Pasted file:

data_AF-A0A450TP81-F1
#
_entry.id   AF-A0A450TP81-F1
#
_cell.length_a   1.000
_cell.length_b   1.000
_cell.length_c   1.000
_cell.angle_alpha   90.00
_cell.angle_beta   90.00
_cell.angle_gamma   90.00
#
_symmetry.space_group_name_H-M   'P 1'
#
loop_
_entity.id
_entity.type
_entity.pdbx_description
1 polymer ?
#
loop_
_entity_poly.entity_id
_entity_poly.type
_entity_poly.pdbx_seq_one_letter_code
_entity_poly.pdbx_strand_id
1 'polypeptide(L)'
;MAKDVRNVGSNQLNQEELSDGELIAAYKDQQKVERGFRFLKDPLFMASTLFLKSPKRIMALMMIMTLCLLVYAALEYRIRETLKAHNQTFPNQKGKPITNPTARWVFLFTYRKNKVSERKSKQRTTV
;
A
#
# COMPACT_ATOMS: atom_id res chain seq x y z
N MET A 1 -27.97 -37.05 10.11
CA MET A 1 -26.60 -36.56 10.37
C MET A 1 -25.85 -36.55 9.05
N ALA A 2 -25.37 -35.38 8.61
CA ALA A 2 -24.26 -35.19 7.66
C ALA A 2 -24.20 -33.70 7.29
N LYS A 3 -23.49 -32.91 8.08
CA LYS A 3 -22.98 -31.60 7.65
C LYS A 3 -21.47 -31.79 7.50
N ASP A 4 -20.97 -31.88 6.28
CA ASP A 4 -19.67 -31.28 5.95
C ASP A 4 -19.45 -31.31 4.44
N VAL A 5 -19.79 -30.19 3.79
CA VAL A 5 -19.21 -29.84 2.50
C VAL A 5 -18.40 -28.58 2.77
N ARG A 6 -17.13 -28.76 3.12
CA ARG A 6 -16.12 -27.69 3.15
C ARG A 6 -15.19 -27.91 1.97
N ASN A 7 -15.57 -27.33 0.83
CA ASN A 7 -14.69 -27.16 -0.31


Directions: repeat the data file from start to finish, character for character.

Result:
data_AF-A0A450TP81-F1
#
_entry.id   AF-A0A450TP81-F1
#
_cell.length_a   1.000
_cell.length_b   1.000
_cell.length_c   1.000
_cell.angle_alpha   90.00
_cell.angle_beta   90.00
_cell.angle_gamma   90.00
#
_symmetry.space_group_name_H-M   'P 1'
#
loop_
_entity.id
_entity.type
_entity.pdbx_description
1 polymer ?
#
loop_
_entity_poly.entity_id
_entity_poly.type
_entity_poly.pdbx_seq_one_letter_code
_entity_poly.pdbx_strand_id
1 'polypeptide(L)'
;MAKDVRNVGSNQLNQEELSDGELIAAYKDQQKVERGFRFLKDPLFMASTLFLKSPKRIMALMMIMTLCLLVYAALEYRIRETLKAHNQTFPNQKGKPITNPTARWVFLFTYRKNKVSERKSKQRTTV
;
A
#
# COMPACT_ATOMS: atom_id res chain seq x y z
N MET A 1 -27.97 -37.05 10.11
CA MET A 1 -26.60 -36.56 10.37
C MET A 1 -25.85 -36.55 9.05
N ALA A 2 -25.37 -35.38 8.61
CA ALA A 2 -24.26 -35.19 7.66
C ALA A 2 -24.20 -33.70 7.29
N LYS A 3 -23.49 -32.91 8.08
CA LYS A 3 -22.98 -31.60 7.65
C LYS A 3 -21.47 -31.79 7.50
N ASP A 4 -20.97 -31.88 6.28
CA ASP A 4 -19.67 -31.28 5.95
C ASP A 4 -19.45 -31.31 4.44
N VAL A 5 -19.79 -30.19 3.79
CA VAL A 5 -19.21 -29.84 2.50
C VAL A 5 -18.40 -28.58 2.77
N ARG A 6 -17.13 -28.76 3.12
CA ARG A 6 -16.12 -27.69 3.15
C ARG A 6 -15.19 -27.91 1.97
N ASN A 7 -15.57 -27.33 0.83
CA ASN A 7 -14.69 -27.16 -0.31